If you’ve glanced at the cast list above, you’ll notice all kinds of familiar names; Frances Williams has a number (while she and Cummings wear top hat and tails), Eddie Foy, Jr. duets with the leading lady; Abe Lyman and his orchestra provide the accompaniment (to Mack Gordon and Harry Revel’s charming score — it’s not 42nd Street, or even close to it, but it’s hummable and atmospheric); Lucille Ball gets a one-line bit part; and Ann Sothern is an apparently uncredited showgirl (who, we believe, had a musical number that was excised before release). In the main cast, radio crooner Russ Columbo plays… a radio crooner — the Jolson part, depicted here as a rather weak “hypochondriac” with far less personality than Paul Kelly as the hood (but perhaps that’s a function of their performances, too). And, most excitingly for fans of this era, Texas Guinan appears as a thinly veiled version of herself, “Texas Keely.” Guinan, a famous night club hostess, had presided over El Fay and allegedly helped Costello, who was backing Keeler (á la Rocci of Joan in Keyhole), get his chorine booted up to headliner. Her inclusion in this film — the only surviving talkie in which she has a role — not only legitimizes the narrative Winchell is offering with a wink, but also reinforces the whole thesis of the “thru a keyhole” premise, for Guinan, with her “hello suckers,” is an honest-to-goodness ambassador for this truthful world now cinematized. (Sadly, she’d die a week after this film’s release.) It’s more than just a treat to see her — it’s one of the reasons Keyhole is a success.

Okay, but not everything is praiseworthy here; while the particulars of the story, the cameos, and the supporting cast reflect the film’s premise and offer historical fascination for today’s Pre-Code enthusiasts, the central love story is, textually and physically, not as exciting without the true-life context. Columbo isn’t good for much more than a number or two, Kelly (in his second film after a two-year stint in Sam Quinten for the manslaughter of his lover’s husband) is only interesting because of the tension supplied from his own personal baggage, and the center of the triangle, Constance Cummings, is a dull focal point. Cummings, a leading lady of the Pre-Code era who can count several great films in her body of work, is never a picture’s main attraction. (Remember her in Night After Night? No, you don’t. Because Mae West made her film debut and stole the whole picture from Cummings and George Raft.) Here, Cummings maintains her patrician aura, but lacks the goofy, warm, and half-performed naïveté that made her real-life counterpart so beguiling. Furthermore, she’s not as musically exciting as any of the supporting players, and as a result, we’re not as invested in her scenes. And since she’s at the center of the picture’s centripetal drama, her shortcomings become the picture’s shortcomings. Thus, unlike 42nd Street, Broadway Thru A Keyhole can’t claim a classic, gripping plot — even though it was reportedly inspired by one…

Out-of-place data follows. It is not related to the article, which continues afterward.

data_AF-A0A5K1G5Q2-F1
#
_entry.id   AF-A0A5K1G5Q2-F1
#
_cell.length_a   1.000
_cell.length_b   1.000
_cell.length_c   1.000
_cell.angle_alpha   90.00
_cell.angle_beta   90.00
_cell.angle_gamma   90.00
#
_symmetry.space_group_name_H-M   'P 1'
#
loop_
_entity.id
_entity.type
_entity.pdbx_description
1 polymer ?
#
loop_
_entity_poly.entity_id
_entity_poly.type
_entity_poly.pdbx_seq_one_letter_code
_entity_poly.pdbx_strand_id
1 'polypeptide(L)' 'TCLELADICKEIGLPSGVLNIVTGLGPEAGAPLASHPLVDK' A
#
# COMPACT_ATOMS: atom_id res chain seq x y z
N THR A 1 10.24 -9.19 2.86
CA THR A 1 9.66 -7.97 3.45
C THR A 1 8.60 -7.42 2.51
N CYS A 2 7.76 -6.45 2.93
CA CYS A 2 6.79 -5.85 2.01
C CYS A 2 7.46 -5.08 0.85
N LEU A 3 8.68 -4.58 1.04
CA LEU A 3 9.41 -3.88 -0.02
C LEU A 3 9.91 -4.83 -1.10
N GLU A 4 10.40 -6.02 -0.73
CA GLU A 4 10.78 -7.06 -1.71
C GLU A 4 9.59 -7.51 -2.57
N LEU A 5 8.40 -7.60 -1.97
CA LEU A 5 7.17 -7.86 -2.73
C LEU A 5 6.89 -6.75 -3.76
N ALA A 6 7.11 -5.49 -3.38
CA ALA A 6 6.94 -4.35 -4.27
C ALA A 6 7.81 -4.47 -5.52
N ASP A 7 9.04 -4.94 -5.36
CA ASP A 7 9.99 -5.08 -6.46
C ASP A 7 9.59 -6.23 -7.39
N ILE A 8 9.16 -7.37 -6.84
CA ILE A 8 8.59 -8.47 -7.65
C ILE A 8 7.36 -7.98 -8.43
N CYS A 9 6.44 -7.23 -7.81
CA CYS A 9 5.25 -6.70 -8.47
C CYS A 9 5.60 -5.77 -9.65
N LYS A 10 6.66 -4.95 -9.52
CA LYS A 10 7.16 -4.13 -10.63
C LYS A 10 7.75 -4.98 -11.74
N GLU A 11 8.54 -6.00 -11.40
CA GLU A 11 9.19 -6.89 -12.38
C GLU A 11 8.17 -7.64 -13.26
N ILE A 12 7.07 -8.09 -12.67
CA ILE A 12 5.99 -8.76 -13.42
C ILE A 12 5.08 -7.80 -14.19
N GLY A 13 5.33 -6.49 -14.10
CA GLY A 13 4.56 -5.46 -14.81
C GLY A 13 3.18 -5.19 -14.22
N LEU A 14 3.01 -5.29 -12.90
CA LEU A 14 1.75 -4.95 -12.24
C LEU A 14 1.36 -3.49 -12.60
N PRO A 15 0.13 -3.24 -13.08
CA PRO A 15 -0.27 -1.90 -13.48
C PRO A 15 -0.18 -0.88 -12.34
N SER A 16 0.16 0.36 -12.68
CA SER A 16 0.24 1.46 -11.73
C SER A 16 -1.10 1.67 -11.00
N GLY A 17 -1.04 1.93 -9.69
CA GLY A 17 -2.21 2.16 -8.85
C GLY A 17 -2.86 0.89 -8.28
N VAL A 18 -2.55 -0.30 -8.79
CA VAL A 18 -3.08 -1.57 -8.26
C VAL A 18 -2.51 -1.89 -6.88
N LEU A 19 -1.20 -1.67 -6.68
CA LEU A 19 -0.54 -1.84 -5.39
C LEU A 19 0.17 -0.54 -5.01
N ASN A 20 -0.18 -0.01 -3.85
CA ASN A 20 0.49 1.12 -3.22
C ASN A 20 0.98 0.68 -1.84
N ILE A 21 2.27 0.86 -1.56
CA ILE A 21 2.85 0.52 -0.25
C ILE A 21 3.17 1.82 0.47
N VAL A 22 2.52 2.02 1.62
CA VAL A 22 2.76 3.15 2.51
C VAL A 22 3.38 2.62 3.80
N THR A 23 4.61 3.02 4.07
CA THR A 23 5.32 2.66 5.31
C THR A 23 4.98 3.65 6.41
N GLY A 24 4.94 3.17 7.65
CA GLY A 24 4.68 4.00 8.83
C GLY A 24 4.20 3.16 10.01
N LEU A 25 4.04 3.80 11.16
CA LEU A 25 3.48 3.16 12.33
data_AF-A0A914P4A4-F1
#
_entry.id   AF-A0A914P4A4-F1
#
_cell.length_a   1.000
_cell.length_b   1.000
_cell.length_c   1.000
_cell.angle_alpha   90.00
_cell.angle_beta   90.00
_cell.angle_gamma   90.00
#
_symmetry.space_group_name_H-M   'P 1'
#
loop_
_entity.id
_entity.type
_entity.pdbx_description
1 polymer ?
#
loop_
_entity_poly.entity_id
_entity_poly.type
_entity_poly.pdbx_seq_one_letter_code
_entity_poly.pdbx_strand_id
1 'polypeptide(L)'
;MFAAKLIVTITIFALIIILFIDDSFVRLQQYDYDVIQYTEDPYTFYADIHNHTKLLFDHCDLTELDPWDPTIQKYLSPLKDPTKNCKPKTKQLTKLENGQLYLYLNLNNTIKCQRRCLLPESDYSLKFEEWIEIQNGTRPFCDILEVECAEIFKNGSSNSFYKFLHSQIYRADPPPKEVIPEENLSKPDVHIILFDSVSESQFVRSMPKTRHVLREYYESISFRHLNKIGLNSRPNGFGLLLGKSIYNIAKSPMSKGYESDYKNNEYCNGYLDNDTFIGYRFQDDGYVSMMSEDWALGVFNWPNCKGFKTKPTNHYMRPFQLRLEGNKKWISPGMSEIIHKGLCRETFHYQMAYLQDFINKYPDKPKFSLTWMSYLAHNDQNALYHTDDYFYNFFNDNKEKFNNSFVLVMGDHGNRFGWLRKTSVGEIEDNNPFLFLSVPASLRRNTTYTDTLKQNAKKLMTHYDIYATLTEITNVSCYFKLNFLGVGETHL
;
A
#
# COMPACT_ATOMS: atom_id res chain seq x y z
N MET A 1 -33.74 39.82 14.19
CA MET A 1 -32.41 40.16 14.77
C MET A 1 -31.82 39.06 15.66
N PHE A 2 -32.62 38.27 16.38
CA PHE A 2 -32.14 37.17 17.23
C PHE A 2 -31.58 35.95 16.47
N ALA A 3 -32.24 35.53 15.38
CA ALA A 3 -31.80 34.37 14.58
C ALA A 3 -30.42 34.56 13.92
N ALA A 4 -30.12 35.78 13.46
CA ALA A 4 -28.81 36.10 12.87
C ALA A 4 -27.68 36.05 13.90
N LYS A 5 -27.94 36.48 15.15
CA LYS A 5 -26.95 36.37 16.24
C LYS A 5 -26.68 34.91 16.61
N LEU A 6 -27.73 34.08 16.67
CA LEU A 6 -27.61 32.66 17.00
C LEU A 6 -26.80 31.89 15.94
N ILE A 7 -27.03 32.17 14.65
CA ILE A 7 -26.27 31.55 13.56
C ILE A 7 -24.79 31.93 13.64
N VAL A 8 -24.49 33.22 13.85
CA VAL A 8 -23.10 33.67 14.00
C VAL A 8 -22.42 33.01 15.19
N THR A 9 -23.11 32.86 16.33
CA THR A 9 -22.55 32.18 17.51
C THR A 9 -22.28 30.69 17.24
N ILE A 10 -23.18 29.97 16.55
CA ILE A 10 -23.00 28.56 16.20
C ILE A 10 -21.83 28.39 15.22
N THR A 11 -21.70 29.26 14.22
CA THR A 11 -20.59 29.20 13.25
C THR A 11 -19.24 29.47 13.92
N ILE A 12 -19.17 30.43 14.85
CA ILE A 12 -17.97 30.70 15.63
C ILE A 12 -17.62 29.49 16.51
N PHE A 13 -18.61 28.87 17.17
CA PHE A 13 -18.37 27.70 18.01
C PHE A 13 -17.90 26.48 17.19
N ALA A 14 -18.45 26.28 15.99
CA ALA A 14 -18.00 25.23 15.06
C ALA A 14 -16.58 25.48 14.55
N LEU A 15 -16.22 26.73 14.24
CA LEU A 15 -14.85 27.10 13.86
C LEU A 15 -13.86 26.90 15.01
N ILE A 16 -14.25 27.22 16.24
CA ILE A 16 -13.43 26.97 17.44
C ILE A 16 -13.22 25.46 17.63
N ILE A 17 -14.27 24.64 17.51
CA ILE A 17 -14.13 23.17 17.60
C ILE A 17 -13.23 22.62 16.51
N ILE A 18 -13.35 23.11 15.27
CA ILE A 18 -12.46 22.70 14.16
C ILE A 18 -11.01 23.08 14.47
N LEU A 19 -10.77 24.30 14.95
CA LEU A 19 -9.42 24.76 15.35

Nevertheless, all the surrounding minutia is enough to make this a film worth seeing. In fact, it’s filled to the brim with Pre-Code charm. Aside from all the era-specific personalities and the quintessential gangster angle, there are some delectable one-liners here, many coming from the ex-hoofer girlfriend of Rocci’s lieutenant, Sybil Smith, who acts as Joan’s chaperone and is played by real-life vaudevillian legend Blossom Seeley — an enticing performer whose presence also bolsters the film’s curiosity value. (She only made three talkies. This was her second; Blood Money was her last.) Her character is a walking, talking collection of wisecracks and innuendos — a staple of the era… Now, being a lover of Pre-Codes means embracing some of the clichés with which the genre is associated — and while I love a good yarn about a chorine and a hood, it’s sometimes hard to breach this clinical cultural appreciation with which I approach these films to actually laugh-out-loud. But, I can say that in Broadway Thru A Keyhole, and with Seeley in particular, I am brought to laughter several times; nothing is terribly surprising, but it’s such an affable, amusing distillation of the times that I can recommend it highly. Yes, it’s dramatically weak at the centers, but there’s so much on the fringes worth noting. So, if you ever find this on TV, sit down, peep through the keyhole, and enjoy a bunch of stars in a story ripped from the headlines… with the names changed (to protect the guilty).